Summary: Corporate employee training has changed a lot over the last several years. But perhaps the most significant change is a shift from the traditional employee-trainer model to a learning method known as collaborative learning.
But what exactly is collaborative learning, and how can you incorporate it into your employee training programs?
What is collaborative learning?
Collaborative learning is when groups of two or more learners work together to understand a subject, complete shared tasks, build relevant skills, and participate in group discussions. It can take many forms, including large groups, one-on-one peer learning experiences, and models that involve varying levels of trainer engagement.
Learning collaboratively is still focused on transmitting information, but instead of treating knowledge as an end in itself, the goal is to learn how to use this training in a practical context.
A trainer's presence during collaborative learning
Trainers in collaborative learning are not so much sharing knowledge as they are acting as guides for learning, using their knowledge and expertise to help shepherd employees through the process of absorbing and using new skills.
In contrast to the trainer-employee model, which focused primarily on training and instilling skills one subject at a time, collaborative learning emphasizes the process of learning, creating a long-term drive for self-improvement that also serves the best interests of the company.
Why is collaborative learning important in the workplace?
Collaborative learning is important because it creates a more engaging learning environment for participants. The primary goal of collaborative learning is for employees to work together to complete specific tasks, solve complex problems, or gain a practical grasp of an underlying concept.
Benefits of collaborative learning
Building collaborative learning into your workforce can bring many benefits to your organization and your employees. This style of learning has been proven to increase retention, engagement, and critical thinking.
Here's a breakdown of how collaborative learning can benefit your organization:
1. Improves communication abilities
One of the key elements in collaborative learning is communicating, both in terms of speaking and listening. Employees can build their public speaking abilities within the group and while the group presents their ideas to an audience.
But just as importantly, they develop their active listening skills. Rather than simply taking in information, learners start to synthesize that data to build and create new ideas and challenge viewpoints in a productive way.
2. Promotes critical thinking and creativity
Because collaborative learning relies so heavily on interpersonal communication, trainees quickly develop critical thinking skills. They not only need to understand the problem that has been laid out before them, but they also need to be able to evaluate the contributions made by everyone on the team.
This process also helps to build creativity. As employees learn from one another, new ideas can begin to spark, often springing from suggestions offered by others in the group.
3. Emphasizes a cooperative mindset
Not all team members are comfortable working in a collaborative environment. This can be true for any number of reasons. Shyness, a lack of confidence, or arrogance can all be impediments to establishing a cooperative mindset.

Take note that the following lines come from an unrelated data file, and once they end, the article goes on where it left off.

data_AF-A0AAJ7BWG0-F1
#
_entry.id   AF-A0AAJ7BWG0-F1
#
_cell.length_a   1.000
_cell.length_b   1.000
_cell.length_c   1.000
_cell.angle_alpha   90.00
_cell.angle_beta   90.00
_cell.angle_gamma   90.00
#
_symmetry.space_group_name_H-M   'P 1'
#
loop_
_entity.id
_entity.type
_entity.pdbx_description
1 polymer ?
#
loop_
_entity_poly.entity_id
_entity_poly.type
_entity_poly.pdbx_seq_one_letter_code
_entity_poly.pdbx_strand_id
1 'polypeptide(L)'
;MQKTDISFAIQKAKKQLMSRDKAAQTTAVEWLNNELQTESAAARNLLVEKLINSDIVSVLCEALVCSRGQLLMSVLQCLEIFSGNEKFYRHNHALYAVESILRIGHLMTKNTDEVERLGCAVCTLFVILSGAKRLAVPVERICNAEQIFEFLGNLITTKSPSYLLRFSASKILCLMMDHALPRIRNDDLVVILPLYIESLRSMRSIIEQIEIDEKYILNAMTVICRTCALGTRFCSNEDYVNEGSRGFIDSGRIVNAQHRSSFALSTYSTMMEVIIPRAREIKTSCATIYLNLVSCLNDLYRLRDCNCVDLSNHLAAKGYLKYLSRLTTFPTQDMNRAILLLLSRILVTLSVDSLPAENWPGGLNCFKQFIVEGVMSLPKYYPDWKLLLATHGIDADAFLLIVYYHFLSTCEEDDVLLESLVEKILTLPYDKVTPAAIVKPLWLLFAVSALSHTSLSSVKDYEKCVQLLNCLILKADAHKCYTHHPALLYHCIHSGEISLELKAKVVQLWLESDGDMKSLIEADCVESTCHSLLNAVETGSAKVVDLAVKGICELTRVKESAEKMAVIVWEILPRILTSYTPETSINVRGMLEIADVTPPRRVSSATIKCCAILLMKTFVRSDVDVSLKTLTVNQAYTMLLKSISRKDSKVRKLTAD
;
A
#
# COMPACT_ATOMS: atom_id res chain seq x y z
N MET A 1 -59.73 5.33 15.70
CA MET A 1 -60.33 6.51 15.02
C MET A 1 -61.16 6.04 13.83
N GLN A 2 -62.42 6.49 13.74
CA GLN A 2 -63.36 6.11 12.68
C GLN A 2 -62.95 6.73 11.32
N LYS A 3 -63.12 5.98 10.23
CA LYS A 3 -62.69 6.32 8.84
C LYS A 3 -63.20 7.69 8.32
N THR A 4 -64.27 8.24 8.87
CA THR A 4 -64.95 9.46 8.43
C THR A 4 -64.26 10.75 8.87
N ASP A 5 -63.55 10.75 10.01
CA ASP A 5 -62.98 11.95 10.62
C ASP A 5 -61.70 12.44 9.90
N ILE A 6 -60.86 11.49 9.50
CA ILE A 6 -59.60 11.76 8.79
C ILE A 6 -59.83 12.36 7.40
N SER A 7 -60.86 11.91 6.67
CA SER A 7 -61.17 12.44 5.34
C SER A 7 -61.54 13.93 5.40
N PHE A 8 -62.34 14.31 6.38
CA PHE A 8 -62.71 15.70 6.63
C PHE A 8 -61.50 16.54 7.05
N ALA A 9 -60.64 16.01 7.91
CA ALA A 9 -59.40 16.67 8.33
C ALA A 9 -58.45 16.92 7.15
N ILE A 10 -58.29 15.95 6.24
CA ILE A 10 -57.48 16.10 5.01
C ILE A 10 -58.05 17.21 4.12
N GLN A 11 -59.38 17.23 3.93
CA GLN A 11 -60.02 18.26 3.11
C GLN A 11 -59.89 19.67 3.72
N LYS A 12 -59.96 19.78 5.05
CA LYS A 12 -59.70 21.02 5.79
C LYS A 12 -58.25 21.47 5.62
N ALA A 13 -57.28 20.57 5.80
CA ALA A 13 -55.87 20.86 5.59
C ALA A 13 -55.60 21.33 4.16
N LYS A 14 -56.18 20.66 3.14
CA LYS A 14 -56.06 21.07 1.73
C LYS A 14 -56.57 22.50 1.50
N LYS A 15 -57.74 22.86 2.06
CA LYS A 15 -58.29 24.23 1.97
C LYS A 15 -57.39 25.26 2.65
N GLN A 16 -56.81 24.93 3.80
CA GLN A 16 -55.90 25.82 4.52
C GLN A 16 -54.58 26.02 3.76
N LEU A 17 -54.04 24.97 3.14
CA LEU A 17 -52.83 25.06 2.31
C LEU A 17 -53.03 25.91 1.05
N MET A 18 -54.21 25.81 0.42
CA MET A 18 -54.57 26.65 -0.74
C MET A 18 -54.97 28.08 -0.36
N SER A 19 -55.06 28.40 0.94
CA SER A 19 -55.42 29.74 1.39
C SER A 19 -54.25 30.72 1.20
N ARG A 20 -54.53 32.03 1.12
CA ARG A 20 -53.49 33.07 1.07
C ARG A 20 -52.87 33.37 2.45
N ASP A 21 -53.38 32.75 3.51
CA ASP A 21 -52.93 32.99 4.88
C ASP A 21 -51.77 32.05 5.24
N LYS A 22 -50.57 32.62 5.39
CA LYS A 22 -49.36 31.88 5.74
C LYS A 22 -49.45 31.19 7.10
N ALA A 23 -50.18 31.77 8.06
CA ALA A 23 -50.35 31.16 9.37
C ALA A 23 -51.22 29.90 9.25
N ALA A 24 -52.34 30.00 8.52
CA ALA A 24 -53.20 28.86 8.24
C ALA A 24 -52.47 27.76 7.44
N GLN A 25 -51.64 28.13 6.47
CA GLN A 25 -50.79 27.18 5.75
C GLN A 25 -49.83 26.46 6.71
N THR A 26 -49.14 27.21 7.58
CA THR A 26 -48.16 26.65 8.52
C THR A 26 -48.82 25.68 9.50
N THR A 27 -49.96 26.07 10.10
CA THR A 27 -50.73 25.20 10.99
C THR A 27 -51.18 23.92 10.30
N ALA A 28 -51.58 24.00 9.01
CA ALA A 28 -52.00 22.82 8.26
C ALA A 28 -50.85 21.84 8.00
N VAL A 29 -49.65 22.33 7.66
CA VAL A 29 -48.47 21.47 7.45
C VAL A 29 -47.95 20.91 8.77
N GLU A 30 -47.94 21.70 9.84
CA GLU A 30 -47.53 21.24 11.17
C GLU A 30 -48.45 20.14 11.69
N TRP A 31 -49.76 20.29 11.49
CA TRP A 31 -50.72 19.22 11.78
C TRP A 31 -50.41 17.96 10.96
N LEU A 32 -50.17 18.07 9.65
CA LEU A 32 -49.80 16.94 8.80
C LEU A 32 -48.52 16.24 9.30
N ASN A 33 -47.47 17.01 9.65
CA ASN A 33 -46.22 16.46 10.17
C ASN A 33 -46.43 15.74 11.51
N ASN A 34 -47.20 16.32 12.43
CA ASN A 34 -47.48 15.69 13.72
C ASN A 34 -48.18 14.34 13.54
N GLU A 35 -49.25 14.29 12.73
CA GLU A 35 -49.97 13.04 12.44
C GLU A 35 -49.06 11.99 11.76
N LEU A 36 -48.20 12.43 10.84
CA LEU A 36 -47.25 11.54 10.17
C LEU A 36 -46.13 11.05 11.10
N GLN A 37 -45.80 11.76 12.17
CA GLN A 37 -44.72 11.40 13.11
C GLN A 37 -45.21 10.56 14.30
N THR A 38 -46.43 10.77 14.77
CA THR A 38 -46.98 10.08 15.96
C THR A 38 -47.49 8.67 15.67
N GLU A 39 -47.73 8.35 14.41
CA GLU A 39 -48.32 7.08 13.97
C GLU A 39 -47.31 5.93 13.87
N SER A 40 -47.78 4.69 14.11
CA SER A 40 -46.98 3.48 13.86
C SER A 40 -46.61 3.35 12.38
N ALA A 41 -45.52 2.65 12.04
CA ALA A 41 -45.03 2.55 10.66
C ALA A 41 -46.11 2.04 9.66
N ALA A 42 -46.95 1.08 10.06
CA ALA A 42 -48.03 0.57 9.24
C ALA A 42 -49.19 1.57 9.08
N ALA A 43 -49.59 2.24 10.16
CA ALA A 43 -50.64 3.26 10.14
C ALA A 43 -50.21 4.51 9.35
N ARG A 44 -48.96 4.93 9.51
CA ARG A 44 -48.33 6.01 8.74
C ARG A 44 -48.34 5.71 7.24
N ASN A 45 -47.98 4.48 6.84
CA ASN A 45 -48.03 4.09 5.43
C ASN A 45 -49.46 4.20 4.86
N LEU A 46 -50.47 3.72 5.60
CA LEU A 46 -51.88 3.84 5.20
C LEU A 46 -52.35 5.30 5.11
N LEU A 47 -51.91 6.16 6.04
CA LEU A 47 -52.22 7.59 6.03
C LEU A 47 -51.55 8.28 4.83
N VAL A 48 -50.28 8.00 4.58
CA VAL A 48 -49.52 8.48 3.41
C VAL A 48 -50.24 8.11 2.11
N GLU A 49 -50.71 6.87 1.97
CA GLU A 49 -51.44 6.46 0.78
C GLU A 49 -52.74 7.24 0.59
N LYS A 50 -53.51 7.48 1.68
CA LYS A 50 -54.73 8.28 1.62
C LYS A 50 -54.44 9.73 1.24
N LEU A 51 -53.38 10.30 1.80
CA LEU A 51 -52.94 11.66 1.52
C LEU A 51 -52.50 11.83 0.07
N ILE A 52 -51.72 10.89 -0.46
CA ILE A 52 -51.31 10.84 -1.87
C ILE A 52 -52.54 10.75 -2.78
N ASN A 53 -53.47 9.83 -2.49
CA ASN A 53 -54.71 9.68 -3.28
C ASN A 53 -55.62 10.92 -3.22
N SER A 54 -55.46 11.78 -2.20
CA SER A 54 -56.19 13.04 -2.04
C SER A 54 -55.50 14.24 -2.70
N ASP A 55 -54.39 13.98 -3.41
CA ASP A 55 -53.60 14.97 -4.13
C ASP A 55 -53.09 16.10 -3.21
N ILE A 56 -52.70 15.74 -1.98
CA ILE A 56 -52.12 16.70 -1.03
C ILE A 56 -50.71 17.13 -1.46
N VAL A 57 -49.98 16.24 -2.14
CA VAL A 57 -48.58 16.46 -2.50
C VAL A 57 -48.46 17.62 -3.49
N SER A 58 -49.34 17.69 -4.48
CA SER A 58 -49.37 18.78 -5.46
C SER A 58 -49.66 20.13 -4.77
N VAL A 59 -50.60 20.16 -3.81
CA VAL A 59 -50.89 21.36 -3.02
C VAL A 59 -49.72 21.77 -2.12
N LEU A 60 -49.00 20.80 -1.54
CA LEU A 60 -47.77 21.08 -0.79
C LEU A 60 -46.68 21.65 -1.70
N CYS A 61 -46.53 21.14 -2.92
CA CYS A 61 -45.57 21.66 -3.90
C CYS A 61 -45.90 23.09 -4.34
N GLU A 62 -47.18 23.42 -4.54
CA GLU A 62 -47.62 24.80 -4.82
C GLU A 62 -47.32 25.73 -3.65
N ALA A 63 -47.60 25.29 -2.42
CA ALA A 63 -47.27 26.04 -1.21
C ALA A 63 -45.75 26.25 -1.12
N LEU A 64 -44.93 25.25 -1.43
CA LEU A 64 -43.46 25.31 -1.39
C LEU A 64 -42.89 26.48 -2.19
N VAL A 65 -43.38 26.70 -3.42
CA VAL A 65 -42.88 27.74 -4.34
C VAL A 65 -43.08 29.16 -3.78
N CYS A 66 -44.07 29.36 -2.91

With collaborative learning, even the most reluctant team member can find themselves diving into the work, focused on finding a solution to the problem in front of them.
4. Builds an open mindset
Perhaps best of all, collaborative learning encourages employees to open their minds to alternative points of view. Each team member brings their own worldview and their own experiences to the table. Through collaboration, learners get to know each other and better understand how different viewpoints can be valid.
5. Establishes stronger relationships between departments
Collaborative learning can help to prevent organizations from siloing departments or individuals, especially when strategies involve mixing different teams.
This intra-departmental communication can make your work much easier since everyone will be more familiar with each other and better able to communicate.
6. Builds stronger knowledge and skills
One of the key benefits of collaborative learning is its effectiveness in building your company’s skills and knowledge bases.
By instilling a cooperative mindset, learning never really stops, and peers will continue to share their knowledge and ideas with each other over the course of their time with your company. That kind of collaboration can only make your organization stronger.
7. Improves employee retention and engagement
With collaborative learning, employees are not just encouraged to be engaged, it’s a prime requirement. Active learning can draw the attention of even the most disengaged employees.
As employees become more actively engaged in their work and training, they’re much more likely to remain with the company. Not only do they feel more connected to their work, but these training efforts send the message that the company is committed to the employee’s future. That can go a long way toward raising your retention rates.
8. Helps to develop leadership skills
The best companies are constantly looking for the next leaders to take over roles within their organizations. Collaborative learning provides an excellent way to develop leadership skills.
While learning groups are meant to be collaborative, each person takes on a shared leadership role. This experience can prove to be invaluable down the line, especially as individual employees grow as leaders.